BROOKLINE — At the home where John F. Kennedy was born, dozens gathered today to recall his life and commemorate his death 50 years ago.
“For Brookline, he was a native son, a former neighbor, a classmate and a shining star of progress and hope,” said Nancy Daly, a member of the town’s board of selectmen.
On a bitterly cold and windy afternoon, the National Park Service held a short memorial service and wreath-laying at the John Fitzgerald Kennedy National Historic Site on Beals Street, in front of the gray Colonial Revival-style house where Kennedy was born on May 29, 1917.
The program, which lasted about 20 minutes, included prayers from a priest and a rabbi, historical remarks from park rangers, a reading from Lyndon Johnson’s 1963 proclamation for a national day of mourning for Kennedy and another from a letter from US Representative Joseph P. Kennedy III, who wrote about his great-uncle’s vision for the country.
“He challenged all of us to achieve a better and bigger future for our country,” said a park ranger reading from the Congressman’s letter. “Where man would walk on the moon; where individuals with disabilities could enjoy opportunity, not indifference; where skin color would not disqualify you from democracy or basic human decency; and where hundreds of citizen ambassadors across the globe could sow the seeds of peace.”
As the late-autumn sun shone through leafless trees and cast long shadows, Lena Schorge, a sixth-grader at Brookline’s Edward Devotion School, which President Kennedy attended, sang a rendition of “America the Beautiful.”
Daly recalled Brookline’s reaction to the news of Kennedy’s assassination a half-century ago — hundreds of people streaming to his former house on Beals Street.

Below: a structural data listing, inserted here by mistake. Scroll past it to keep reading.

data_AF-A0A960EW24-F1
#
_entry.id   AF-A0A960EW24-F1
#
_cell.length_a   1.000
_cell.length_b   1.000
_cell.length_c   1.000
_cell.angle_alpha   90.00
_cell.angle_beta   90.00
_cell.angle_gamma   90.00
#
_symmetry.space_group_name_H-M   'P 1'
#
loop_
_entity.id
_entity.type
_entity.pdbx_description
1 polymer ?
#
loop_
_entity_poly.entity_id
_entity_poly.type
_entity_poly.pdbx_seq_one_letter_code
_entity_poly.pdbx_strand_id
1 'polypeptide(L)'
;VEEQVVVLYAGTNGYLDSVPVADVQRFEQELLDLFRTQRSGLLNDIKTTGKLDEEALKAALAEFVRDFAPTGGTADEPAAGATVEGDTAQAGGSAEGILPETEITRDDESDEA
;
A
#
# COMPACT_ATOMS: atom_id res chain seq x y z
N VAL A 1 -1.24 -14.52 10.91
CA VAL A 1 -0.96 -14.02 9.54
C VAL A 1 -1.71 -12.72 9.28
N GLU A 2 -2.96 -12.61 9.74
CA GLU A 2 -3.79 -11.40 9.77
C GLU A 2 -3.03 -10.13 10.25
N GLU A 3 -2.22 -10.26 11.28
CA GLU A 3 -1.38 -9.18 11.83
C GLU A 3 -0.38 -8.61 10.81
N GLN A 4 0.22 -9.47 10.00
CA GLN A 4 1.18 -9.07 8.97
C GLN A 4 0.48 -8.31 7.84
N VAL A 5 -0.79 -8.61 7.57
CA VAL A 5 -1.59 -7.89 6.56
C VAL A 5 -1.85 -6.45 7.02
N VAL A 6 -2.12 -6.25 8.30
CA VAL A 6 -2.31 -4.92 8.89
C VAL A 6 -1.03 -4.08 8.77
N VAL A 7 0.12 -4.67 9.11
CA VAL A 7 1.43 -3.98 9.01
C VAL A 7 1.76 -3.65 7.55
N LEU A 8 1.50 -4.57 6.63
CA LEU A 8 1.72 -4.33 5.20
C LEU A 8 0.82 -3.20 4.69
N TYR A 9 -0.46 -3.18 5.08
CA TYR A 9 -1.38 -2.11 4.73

Rabbi William Hamilton of Congregation Kehillath Israel offered the service’s benediction.
“Merciful God,” Hamilton prayed, “grant perfect peace, your sheltering presence upon the holy and the pure, the soul of John Fitzgerald Kennedy, who has gone to his eternal place of rest.”
As the service concluded, some people made their way into the house, where they could see the master bedroom where Kennedy was born at about 3 in the afternoon more than 96 years ago. Others warmed up with hot cider and cookies in a tent behind the home.
Today’s crowd included tourists like George Brauchler, a Colorado district attorney who flew in to Massachusetts for the evening Patriots game against the Denver Broncos and decided to make a stop at the site.
Some people who lived nearby also attended the program, like Brookline residents Larry and Barbara Koff.
It’s “great to be able to come back and recall his memory,” said Larry, 71, who described the ceremony as “touching.” Kennedy had been an inspiration for him, he said, and he had served in the Peace Corps.
Barbara, 70, recalled being in Brookline 50 years ago and going to a nearby synagogue after learning of the president’s assassination.
Tom Ferris, a 75-year-old lifelong Brookline resident, stood in the crowd, attentively listening to the service and saying amens after the invocation by the Rev. Brian Clary and the rabbi’s closing prayer.
Ferris said he used to attend the church, St. Aidan’s, where President Kennedy was baptized and lives right around the corner from the Beals Street house, where Kennedy spent his first three and half years.
“It was very moving, very moving,” Ferris said after the ceremony. “It almost brings you to tears.”
And then Ferris, who had never taken a tour of the 1909-built house, mounted the steps and walked inside for the first time.